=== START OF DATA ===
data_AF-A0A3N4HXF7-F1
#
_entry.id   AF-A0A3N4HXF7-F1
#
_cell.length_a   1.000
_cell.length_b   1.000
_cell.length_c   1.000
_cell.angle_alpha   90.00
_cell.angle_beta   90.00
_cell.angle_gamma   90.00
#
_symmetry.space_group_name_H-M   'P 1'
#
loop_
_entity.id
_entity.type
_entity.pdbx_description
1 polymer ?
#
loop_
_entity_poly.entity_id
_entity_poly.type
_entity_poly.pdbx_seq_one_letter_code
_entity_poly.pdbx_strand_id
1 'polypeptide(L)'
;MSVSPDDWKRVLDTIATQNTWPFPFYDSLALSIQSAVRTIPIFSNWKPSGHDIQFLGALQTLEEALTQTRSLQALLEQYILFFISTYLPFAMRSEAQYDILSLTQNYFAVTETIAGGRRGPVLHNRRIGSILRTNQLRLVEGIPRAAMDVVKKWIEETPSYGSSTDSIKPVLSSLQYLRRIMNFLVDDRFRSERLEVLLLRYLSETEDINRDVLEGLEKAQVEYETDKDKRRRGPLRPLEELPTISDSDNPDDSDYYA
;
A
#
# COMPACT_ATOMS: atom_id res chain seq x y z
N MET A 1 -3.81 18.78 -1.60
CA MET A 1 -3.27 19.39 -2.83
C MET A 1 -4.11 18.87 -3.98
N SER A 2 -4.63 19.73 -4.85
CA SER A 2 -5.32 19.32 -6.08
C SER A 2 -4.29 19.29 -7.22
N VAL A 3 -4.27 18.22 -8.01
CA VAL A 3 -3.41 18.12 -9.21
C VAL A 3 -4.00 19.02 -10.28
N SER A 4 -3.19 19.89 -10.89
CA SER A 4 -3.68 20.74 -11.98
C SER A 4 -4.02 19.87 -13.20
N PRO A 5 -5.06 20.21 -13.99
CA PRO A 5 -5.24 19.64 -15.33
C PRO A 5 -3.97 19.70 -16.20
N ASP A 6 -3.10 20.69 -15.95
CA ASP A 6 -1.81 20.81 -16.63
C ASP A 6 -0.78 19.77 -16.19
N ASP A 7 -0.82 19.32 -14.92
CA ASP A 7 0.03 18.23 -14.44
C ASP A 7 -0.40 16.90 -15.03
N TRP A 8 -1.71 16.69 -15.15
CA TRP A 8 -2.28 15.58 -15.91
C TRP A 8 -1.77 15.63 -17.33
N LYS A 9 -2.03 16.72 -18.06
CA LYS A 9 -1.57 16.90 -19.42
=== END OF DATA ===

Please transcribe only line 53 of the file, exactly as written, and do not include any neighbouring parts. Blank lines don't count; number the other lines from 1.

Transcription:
CA TRP A 8 -2.28 15.58 -15.91